Book Review – Jorie And The Magic Stones

Author: A.H. Richardsonhorie and the magic stones cover

Jorie and the Magic Stones open’s with a man with black eyes, standing on a parapet looking out over two suns. Then on page two he turns into a dragon and fly’s off, so we’re off to a good start.

The beginning is just the first example of the author letting her imagination run wild, in many books there will be a few ideas, maybe a different race or two, usually there are elves in one form or another; not here. No idea is too much for Richardson, once Jorie’s steps into her magical world there are egg headed people, river folk, talking fish, poisonous butterfly’s, trolls with wings, pet dragons, I could go on but I think you get the point; very rarely do you see a book with such a free imagination.

If I had to liken it to anything it would be that old book The Magic Tree House, with a new adventure and characters ever chapter.

The writing too is not dissimilar, slightly old fashioned but quite charming at the same time, with Jorie ‘plucking up her courage’ and old wise men saying ‘come child,’ more than once.

The themes too, are classics. The overarching plot is that Jorie, and her friend Rufus, find a magical world through the tarn in her aunts back garden, and from there find Jorie is the chosen one, destined to find three magic rocks that together would make one all powerful. There’s a big bad villain with lizard legs who wants the rocks and the two children have to stop him. The friendship between Jorie and Rufus is the main focus and the bravery they show, with Jorie walking through fire and Rufus saving her from poison, among other exploits, are the high points of the story.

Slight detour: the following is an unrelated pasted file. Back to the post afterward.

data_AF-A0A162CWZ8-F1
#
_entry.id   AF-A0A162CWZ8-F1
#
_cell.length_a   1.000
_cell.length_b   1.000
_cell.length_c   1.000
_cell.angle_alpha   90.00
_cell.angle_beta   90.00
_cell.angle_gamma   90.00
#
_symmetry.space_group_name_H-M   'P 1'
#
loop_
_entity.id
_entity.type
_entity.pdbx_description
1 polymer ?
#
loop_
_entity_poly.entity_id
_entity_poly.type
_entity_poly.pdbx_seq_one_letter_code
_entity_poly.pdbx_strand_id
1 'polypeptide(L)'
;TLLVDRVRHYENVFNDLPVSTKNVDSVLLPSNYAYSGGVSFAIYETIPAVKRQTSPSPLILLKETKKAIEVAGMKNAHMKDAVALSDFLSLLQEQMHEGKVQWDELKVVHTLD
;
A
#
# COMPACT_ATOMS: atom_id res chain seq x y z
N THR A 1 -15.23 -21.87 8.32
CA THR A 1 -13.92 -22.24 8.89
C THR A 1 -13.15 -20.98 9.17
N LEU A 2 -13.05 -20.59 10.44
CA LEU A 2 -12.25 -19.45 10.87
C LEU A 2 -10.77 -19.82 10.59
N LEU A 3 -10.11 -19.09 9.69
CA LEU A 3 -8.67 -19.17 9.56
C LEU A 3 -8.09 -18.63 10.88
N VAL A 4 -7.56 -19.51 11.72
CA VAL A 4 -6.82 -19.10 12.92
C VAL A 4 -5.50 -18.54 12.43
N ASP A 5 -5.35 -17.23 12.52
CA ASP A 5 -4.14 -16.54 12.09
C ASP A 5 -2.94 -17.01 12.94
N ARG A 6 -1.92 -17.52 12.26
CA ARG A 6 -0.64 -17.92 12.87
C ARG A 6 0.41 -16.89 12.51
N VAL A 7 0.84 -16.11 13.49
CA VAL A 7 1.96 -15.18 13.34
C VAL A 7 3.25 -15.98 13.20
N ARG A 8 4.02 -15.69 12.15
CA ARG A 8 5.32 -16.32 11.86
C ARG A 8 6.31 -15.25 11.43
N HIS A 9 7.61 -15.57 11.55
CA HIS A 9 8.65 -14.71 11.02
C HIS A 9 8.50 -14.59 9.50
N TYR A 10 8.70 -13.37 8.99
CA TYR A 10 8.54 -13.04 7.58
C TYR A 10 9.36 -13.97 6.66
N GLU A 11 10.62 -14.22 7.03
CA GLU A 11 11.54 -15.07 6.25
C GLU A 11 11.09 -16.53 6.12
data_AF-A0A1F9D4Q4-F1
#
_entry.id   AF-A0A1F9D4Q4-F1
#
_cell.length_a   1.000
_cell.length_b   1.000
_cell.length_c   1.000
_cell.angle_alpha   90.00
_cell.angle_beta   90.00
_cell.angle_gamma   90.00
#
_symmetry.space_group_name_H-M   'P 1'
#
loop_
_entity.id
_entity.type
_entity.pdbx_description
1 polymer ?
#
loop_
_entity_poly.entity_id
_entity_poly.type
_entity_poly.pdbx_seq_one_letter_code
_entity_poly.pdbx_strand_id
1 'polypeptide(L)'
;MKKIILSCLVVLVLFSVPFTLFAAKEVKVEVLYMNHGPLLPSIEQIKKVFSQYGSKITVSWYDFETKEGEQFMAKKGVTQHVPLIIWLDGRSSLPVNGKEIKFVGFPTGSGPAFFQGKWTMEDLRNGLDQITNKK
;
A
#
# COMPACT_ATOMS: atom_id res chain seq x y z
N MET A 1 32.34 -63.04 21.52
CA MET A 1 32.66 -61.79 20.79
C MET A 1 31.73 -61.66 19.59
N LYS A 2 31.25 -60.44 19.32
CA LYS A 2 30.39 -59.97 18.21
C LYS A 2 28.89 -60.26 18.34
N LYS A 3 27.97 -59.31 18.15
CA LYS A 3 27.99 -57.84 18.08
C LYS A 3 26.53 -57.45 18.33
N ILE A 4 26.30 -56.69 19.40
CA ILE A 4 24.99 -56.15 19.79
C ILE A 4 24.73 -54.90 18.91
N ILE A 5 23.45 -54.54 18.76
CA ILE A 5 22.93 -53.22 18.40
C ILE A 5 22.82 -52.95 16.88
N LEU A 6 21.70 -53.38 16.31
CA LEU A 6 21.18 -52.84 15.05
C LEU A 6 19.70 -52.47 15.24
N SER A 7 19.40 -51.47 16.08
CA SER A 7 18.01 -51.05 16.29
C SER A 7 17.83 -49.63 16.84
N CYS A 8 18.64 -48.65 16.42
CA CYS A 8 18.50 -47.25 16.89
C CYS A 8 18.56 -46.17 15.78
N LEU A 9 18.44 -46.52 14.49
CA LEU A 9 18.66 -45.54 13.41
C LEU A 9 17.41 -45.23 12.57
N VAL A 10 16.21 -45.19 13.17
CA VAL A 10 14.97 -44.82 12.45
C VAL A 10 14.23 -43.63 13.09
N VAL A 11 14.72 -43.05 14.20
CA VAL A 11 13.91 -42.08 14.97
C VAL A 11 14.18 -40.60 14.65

So we’re doing pretty well, I like classic adventures with bravery and big hateable villains, who doesn’t?

Yet, if you’re like me, simply a fan of literature for young people as opposed to someone with a child to read to I’m afraid I can’t recommend. You know there are two types of children’s books? One’s that are family friendly and one’s for children only? Well this book is really the later. The wild imagination is a little schizophrenic for an adult reader, there are five villains that are separately established but just all fall off a water fall near the end, there’s a cat who turns into a human whose character never seems to become relevant, there’s a plot about someone’s sick nephew that never gets resolved, the big bad show down with the villain is literally Jorie telling him to go away, the pacing is a bit odd and there’s zero explanation as to why these two children must go off unsupervised on a world ending mission.

You see what I mean? Reading through adult eyes I found my questioning a lot of what was going on to be getting in the way of enjoying it. Maybe I’m just a misery guts.

But, I think had I read the book when I was young I would have very much enjoyed it, the imagination is wild enough to save the book even when the pacing lags and even when I was questioning what was happening, I was still charmed by the whole affair, in the same way one is charmed by a child who tries to put the square peg in the round hole.

So if you know a kid buy it for them, if you’re not like me and you can put your adult brain in a box buy it for yourself.

 

One thought

  1. Well I’m torn on this one…I think I’d still like to read it, even if my adult brain might get in the way. If nothing else, it sounds incredibly charming.

    Like

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